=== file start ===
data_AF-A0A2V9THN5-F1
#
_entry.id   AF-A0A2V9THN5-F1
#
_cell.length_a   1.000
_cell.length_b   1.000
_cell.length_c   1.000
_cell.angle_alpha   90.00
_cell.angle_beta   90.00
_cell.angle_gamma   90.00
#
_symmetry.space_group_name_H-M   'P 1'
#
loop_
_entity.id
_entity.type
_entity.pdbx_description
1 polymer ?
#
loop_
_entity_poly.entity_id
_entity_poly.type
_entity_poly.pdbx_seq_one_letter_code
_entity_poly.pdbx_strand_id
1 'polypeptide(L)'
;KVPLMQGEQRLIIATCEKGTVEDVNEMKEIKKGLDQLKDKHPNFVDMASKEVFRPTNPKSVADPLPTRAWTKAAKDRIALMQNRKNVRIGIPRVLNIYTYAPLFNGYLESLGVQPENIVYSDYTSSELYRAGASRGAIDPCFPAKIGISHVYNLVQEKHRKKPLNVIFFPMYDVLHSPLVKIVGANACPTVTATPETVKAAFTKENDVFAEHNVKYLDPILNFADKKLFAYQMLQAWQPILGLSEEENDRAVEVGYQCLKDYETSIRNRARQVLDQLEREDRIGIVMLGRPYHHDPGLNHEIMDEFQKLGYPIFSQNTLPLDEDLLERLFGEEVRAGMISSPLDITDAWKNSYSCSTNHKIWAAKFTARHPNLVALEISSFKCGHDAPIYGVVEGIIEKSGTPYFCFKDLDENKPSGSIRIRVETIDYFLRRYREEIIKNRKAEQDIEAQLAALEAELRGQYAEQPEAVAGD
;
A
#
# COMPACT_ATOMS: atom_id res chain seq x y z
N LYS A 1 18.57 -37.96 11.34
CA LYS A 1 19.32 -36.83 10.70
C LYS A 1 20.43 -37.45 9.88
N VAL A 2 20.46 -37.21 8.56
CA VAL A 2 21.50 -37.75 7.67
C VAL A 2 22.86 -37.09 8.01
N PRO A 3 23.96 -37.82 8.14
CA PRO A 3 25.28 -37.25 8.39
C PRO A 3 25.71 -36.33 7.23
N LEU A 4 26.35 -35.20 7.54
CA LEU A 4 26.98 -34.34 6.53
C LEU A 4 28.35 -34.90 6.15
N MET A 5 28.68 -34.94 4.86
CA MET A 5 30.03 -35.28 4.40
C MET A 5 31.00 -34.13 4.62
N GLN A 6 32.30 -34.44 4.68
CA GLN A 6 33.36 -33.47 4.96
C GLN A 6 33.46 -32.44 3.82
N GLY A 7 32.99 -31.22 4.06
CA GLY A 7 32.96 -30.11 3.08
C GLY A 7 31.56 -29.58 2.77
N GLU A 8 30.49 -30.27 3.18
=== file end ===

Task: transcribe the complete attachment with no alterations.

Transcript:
data_AF-A0A2V9THN5-F1
#
_entry.id   AF-A0A2V9THN5-F1
#
_cell.length_a   1.000
_cell.length_b   1.000
_cell.length_c   1.000
_cell.angle_alpha   90.00
_cell.angle_beta   90.00
_cell.angle_gamma   90.00
#
_symmetry.space_group_name_H-M   'P 1'
#
loop_
_entity.id
_entity.type
_entity.pdbx_description
1 polymer ?
#
loop_
_entity_poly.entity_id
_entity_poly.type
_entity_poly.pdbx_seq_one_letter_code
_entity_poly.pdbx_strand_id
1 'polypeptide(L)'
;KVPLMQGEQRLIIATCEKGTVEDVNEMKEIKKGLDQLKDKHPNFVDMASKEVFRPTNPKSVADPLPTRAWTKAAKDRIALMQNRKNVRIGIPRVLNIYTYAPLFNGYLESLGVQPENIVYSDYTSSELYRAGASRGAIDPCFPAKIGISHVYNLVQEKHRKKPLNVIFFPMYDVLHSPLVKIVGANACPTVTATPETVKAAFTKENDVFAEHNVKYLDPILNFADKKLFAYQMLQAWQPILGLSEEENDRAVEVGYQCLKDYETSIRNRARQVLDQLEREDRIGIVMLGRPYHHDPGLNHEIMDEFQKLGYPIFSQNTLPLDEDLLERLFGEEVRAGMISSPLDITDAWKNSYSCSTNHKIWAAKFTARHPNLVALEISSFKCGHDAPIYGVVEGIIEKSGTPYFCFKDLDENKPSGSIRIRVETIDYFLRRYREEIIKNRKAEQDIEAQLAALEAELRGQYAEQPEAVAGD
;
A
#
# COMPACT_ATOMS: atom_id res chain seq x y z
N LYS A 1 18.57 -37.96 11.34
CA LYS A 1 19.32 -36.83 10.70
C LYS A 1 20.43 -37.45 9.88
N VAL A 2 20.46 -37.21 8.56
CA VAL A 2 21.50 -37.75 7.67
C VAL A 2 22.86 -37.09 8.01
N PRO A 3 23.96 -37.82 8.14
CA PRO A 3 25.28 -37.25 8.39
C PRO A 3 25.71 -36.33 7.23
N LEU A 4 26.35 -35.20 7.54
CA LEU A 4 26.98 -34.34 6.53
C LEU A 4 28.35 -34.90 6.15
N MET A 5 28.68 -34.94 4.86
CA MET A 5 30.03 -35.28 4.40
C MET A 5 31.00 -34.13 4.62
N GLN A 6 32.30 -34.44 4.68
CA GLN A 6 33.36 -33.47 4.96
C GLN A 6 33.46 -32.44 3.82
N GLY A 7 32.99 -31.22 4.06
CA GLY A 7 32.96 -30.11 3.08
C GLY A 7 31.56 -29.58 2.77
N GLU A 8 30.49 -30.27 3.18